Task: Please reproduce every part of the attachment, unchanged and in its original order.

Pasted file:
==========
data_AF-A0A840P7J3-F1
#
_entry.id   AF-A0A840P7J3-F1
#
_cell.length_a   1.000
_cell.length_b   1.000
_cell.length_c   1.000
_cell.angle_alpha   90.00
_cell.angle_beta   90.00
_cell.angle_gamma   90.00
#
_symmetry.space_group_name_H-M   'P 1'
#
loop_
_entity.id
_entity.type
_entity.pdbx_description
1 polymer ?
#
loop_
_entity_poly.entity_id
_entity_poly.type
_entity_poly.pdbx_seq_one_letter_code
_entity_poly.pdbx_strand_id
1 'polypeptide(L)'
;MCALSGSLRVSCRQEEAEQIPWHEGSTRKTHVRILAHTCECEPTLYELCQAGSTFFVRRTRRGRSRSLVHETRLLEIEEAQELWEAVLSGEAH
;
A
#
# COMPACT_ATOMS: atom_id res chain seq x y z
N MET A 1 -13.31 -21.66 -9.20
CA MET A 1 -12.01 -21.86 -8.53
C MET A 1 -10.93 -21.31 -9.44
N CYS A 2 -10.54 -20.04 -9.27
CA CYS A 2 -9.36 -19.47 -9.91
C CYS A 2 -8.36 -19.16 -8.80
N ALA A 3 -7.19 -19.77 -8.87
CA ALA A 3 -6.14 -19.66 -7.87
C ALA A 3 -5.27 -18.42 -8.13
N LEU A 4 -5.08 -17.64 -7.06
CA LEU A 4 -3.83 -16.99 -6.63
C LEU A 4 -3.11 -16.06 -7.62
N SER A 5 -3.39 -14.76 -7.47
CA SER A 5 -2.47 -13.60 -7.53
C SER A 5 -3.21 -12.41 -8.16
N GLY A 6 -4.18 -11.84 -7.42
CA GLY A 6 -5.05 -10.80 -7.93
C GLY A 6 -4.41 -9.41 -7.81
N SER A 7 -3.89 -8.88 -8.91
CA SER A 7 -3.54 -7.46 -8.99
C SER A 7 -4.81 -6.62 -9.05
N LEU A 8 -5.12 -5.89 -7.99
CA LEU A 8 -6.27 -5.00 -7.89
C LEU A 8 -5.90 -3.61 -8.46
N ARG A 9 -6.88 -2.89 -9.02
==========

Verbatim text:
data_AF-A0A840P7J3-F1
#
_entry.id   AF-A0A840P7J3-F1
#
_cell.length_a   1.000
_cell.length_b   1.000
_cell.length_c   1.000
_cell.angle_alpha   90.00
_cell.angle_beta   90.00
_cell.angle_gamma   90.00
#
_symmetry.space_group_name_H-M   'P 1'
#
loop_
_entity.id
_entity.type
_entity.pdbx_description
1 polymer ?
#
loop_
_entity_poly.entity_id
_entity_poly.type
_entity_poly.pdbx_seq_one_letter_code
_entity_poly.pdbx_strand_id
1 'polypeptide(L)'
;MCALSGSLRVSCRQEEAEQIPWHEGSTRKTHVRILAHTCECEPTLYELCQAGSTFFVRRTRRGRSRSLVHETRLLEIEEAQELWEAVLSGEAH
;
A
#
# COMPACT_ATOMS: atom_id res chain seq x y z
N MET A 1 -13.31 -21.66 -9.20
CA MET A 1 -12.01 -21.86 -8.53
C MET A 1 -10.93 -21.31 -9.44
N CYS A 2 -10.54 -20.04 -9.27
CA CYS A 2 -9.36 -19.47 -9.91
C CYS A 2 -8.36 -19.16 -8.80
N ALA A 3 -7.19 -19.77 -8.87
CA ALA A 3 -6.14 -19.66 -7.87
C ALA A 3 -5.27 -18.42 -8.13
N LEU A 4 -5.08 -17.64 -7.06
CA LEU A 4 -3.83 -16.99 -6.63
C LEU A 4 -3.11 -16.06 -7.62
N SER A 5 -3.39 -14.76 -7.47
CA SER A 5 -2.47 -13.60 -7.53
C SER A 5 -3.21 -12.41 -8.16
N GLY A 6 -4.18 -11.84 -7.42
CA GLY A 6 -5.05 -10.80 -7.93
C GLY A 6 -4.41 -9.41 -7.81
N SER A 7 -3.89 -8.88 -8.91
CA SER A 7 -3.54 -7.46 -8.99
C SER A 7 -4.81 -6.62 -9.05
N LEU A 8 -5.12 -5.89 -7.99
CA LEU A 8 -6.27 -5.00 -7.89
C LEU A 8 -5.90 -3.61 -8.46
N ARG A 9 -6.88 -2.89 -9.02